Founded in April 2021, a Scottish woman was accused two counts of malicious communication after posting images of a ribbon in suffrage colours tied to a fence.

Women wanting to put an end to accusations of “hateful haberdashery”, “seditious stickers” and the creeping adoption of Self-ID. The women were organised into 20 different regional groups across Scotland and the Scottish Feminist Network was born.

Achievements and notable moments

Many women take pleasure in some minor acts of rebellion like stickering and ribboning (to signal to others that women are here and we’re not backing down).

Over 60 different stalls have been arranged to date, solely with SFN or alongside other Scottish women’s organisations like Women Speak Scotland and Sole Sisters, engaging the public in discussions about the implications of self ID and making them aware of the GRR Bill.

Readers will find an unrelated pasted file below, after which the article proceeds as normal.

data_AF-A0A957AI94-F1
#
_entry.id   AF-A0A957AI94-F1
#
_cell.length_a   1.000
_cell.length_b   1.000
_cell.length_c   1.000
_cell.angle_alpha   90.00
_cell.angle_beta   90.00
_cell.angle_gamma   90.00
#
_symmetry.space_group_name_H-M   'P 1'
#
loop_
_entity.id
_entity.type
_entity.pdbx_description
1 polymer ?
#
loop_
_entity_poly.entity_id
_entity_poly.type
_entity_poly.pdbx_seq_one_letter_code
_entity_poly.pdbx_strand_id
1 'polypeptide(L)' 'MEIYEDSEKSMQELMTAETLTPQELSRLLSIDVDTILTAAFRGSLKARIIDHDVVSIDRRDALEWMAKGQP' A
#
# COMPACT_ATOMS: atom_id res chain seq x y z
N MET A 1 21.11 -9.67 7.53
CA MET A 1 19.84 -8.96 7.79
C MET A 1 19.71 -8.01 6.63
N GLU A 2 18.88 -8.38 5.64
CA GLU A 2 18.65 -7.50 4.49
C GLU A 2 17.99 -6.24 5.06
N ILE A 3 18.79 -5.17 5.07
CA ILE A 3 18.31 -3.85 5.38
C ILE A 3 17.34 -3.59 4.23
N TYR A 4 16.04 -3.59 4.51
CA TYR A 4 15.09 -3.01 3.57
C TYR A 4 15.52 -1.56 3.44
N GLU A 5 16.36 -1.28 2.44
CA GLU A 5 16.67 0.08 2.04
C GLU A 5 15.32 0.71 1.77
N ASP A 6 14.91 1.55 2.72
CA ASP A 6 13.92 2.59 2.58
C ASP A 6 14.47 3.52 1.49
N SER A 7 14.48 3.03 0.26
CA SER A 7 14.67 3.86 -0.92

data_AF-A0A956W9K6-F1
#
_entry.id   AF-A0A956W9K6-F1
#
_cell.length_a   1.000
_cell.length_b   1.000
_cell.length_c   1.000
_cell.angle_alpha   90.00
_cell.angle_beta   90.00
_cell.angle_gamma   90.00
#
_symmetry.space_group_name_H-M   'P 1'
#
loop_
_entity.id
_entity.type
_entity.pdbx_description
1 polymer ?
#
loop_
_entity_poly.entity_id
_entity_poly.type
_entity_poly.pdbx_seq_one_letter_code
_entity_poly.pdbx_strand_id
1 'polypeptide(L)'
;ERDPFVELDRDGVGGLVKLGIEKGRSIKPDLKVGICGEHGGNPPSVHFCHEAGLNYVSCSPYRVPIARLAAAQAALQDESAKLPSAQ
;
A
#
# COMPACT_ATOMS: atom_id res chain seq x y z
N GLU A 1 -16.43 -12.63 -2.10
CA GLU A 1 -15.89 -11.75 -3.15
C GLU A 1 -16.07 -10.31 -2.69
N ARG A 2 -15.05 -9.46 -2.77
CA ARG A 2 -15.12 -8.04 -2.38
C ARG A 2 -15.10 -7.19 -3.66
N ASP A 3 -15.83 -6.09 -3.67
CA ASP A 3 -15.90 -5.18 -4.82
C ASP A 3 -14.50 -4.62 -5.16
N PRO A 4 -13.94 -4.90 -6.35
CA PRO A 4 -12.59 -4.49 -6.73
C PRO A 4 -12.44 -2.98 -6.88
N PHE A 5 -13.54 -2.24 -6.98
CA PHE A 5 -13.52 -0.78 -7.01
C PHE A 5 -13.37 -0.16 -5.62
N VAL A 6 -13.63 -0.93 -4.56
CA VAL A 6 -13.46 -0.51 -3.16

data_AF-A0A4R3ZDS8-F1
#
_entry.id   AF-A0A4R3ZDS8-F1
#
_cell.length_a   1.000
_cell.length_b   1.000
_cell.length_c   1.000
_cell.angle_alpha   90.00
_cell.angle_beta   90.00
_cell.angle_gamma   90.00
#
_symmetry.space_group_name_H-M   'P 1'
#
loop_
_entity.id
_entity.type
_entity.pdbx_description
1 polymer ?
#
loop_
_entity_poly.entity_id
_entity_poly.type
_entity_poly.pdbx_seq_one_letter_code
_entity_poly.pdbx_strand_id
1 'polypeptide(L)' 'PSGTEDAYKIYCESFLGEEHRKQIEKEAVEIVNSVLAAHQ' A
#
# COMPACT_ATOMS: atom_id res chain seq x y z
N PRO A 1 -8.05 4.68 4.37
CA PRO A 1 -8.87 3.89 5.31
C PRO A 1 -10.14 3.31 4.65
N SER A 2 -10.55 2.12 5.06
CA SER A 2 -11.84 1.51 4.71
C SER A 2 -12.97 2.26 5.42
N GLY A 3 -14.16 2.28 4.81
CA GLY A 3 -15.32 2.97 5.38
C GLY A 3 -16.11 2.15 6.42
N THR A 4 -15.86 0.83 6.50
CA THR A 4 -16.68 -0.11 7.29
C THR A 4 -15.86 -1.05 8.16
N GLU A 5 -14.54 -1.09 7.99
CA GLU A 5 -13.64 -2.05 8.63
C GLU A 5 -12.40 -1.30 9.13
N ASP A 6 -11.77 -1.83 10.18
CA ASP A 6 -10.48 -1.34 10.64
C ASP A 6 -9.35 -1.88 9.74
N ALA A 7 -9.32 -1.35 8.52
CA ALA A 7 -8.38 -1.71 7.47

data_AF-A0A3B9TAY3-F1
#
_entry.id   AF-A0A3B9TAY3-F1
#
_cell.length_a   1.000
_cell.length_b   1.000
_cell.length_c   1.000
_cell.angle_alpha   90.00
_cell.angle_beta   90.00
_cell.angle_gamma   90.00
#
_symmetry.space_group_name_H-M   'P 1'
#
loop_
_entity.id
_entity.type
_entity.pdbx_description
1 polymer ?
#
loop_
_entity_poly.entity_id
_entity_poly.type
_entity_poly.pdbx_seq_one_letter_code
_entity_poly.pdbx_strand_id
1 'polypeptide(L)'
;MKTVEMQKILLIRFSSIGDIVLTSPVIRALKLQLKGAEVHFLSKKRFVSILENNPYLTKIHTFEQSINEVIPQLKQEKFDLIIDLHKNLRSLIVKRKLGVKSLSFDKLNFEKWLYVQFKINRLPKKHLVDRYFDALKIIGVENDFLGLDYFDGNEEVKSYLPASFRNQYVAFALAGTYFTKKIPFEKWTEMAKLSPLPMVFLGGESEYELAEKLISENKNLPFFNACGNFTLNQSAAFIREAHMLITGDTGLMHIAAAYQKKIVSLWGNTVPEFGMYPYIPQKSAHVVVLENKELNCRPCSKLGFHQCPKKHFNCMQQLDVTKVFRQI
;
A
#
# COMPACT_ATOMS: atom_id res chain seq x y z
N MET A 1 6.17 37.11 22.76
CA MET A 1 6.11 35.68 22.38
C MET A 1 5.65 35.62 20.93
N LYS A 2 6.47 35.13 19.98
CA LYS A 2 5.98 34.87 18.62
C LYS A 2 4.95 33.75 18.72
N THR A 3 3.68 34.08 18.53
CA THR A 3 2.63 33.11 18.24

Women have faced abuse on the streets from a tiny percentage of the public and they’ve been reported to the Police for allegedly hateful behaviour or speech (no reports have been pursued). However, the reception has been overwhelmingly supportive and productive. Women have also been crafting, with humour and style using slates and wood and inspired by the suffragists and suffragettes to banner-making.

With membership of approaching 1,000 active women within 15 months, SFN have a strong, resilient, well-connected network of women.

Our very engaged and informed women represent the views of the vast majority of women and men in Scotland, and we’ve built quite a force to be reckoned with. John Knox might recognise SFN as his “monstrous regiment of women” and we’re not going to wheesht.